When the crew landed the debriefing began. All instrument recordings were turned over to the Mexican Department of Defense and the Campeche case got the attention of the highest levels of military and government in Mexico. After weeks of examining the in-flight recordings, multiple interviews with the flight crew and analysis of the weather-related data from that evening, the Minister of Defense, General Vega, made the decision to seek outside help. Going to television ufologist Jaime Maussán was a giant leap in the UFO field because, as stated before, it was one of the first times in history when a sovereign government of a country not only acknowledged the existence of UFOs, but solicited help from the private sector to aid in an investigation. On Sunday, May 9th 2004, on his show, which was then called, Los Grandes Misterios del Tercer Milenio, or in English, “The Big Mysteries of the Third Millennium,” Jaime Maussán announced his collaboration with the Mexican military in this case. He also announced that further details would be shared with the public at a press conference to be held on May 11th 2004 at the Sevilla Palace Hotel in Mexico City.
The Campeche incident generated a lot of attention both inside Mexico and abroad, and as with many UFO sightings this case found itself on the receiving end of harsh criticism almost immediately. Many theories arose to try to explain what exactly happened over the Gulf of Mexico in March of 2004. Debunkers were then answered by counter-debunkers who shot holes in supposed air-tight “rational” explanations. The most famous round of debunking came from Americans. Ben McGee, resident skeptic on the National Geographic Channel’s show Chasing UFOs, elaborated on a theory proposed by previous researchers and alleged that what the Mexican Air Force personnel had experienced had a more terrestrial explanation. McGee believed that what their instruments were seeing were really fires from the tops of oil rigs on platforms in the Gulf of Mexico and he was determined to prove it. For the National Geographic show, McGee took a plane and similar equipment the Mexicans used and demonstrated how the pilot and the crew had mistaken the distant fires for UFOs, even claiming that the swirling of the clouds that night gave the impression that these stationary fires were moving and that they were higher than what would have expected. What was shown on Chasing UFOs and in subsequent lectures by McGee seemed like an open-and-shut case and a thorough analysis which satisfied many people in the skeptic circles. More critical eyes saw flaws in what Ben McGee was saying. How would oil rig fires show up on radar? The experienced flight crew, who had logged thousands of hours in the air, had reported movement of the objects. Wouldn’t they know the difference between something stationary and something moving outside the plane? Why were oil fires, which would seemingly be visible at night from a plane, not visible to the flight crew with the naked eye? One investigator noted that the oil rigs were 100 miles away from the plane and would not have shown up on any of their instruments anyway because they were way out of range. And what of other sightings? If these bright objects were really the oil rigs, wouldn’t other pilots in the area have reported similar experiences? No such stories exist. In spite of the debunking and the debunking of the debunkers, the Mexican military working with the country’s top ufologist, Jaime Maussán, could not come up with an explanation for what happened in the skies off the cost of Campeche in March of 2004 and this was after months of research and the solicitation of help of dozens of experts. So, it seems we are back to square one. Perhaps we are just left with a mystery and no one will ever know who or what was behind those lights in the sky, that is, unless they return…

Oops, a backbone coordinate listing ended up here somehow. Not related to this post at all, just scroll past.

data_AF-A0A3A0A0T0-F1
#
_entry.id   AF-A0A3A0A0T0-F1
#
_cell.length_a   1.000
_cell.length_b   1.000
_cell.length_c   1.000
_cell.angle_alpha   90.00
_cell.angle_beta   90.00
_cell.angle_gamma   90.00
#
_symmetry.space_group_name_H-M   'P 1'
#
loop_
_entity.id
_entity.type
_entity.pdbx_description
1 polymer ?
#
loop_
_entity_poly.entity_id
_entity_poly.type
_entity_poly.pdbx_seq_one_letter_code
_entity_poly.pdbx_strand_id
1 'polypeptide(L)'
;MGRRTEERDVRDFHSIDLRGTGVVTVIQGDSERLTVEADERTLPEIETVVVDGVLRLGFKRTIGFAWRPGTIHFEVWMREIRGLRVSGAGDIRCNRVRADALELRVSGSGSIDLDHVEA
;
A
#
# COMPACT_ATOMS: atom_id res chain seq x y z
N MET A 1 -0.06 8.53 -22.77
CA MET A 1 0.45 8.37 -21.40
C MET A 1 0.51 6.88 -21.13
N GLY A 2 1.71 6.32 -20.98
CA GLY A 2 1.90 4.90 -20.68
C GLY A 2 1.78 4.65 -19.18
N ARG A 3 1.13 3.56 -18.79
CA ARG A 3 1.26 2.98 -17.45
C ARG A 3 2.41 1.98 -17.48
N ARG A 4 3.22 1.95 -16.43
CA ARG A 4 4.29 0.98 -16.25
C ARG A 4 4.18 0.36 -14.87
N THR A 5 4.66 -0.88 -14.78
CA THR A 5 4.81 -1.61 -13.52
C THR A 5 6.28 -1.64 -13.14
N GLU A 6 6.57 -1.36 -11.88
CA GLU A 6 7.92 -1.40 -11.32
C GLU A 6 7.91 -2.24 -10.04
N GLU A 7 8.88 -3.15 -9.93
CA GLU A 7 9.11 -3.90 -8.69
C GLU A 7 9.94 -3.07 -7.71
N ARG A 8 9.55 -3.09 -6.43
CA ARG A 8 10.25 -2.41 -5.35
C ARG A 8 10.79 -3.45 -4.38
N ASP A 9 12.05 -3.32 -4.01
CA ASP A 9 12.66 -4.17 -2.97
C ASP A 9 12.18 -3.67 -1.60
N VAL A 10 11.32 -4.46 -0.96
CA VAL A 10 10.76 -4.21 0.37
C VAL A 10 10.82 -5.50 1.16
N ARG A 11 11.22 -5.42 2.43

REFERENCES (This is not a formal bibliography
“Mexico Pilots Release UFO Film,” BBC News, 17 May 2004
“Famous UFO Video Debunked by TV Host,” Open Minds web site, 2 October 2014
“Exclusive: Mexican DOD Acknowledges UFOs in Mexico” by Santiago Yturría, on Rense.com, 14 May 2004
The Tercer Milenio web site
Mexican Air Force FLIR’s video lights are not UFO’s.
They are now confirmed to be oil well gas flames.
The AN/APS 143 Radar video is unavailable and the
targets detected could be vehicles on the Yucatan’s
peninsula highways as it is explained here: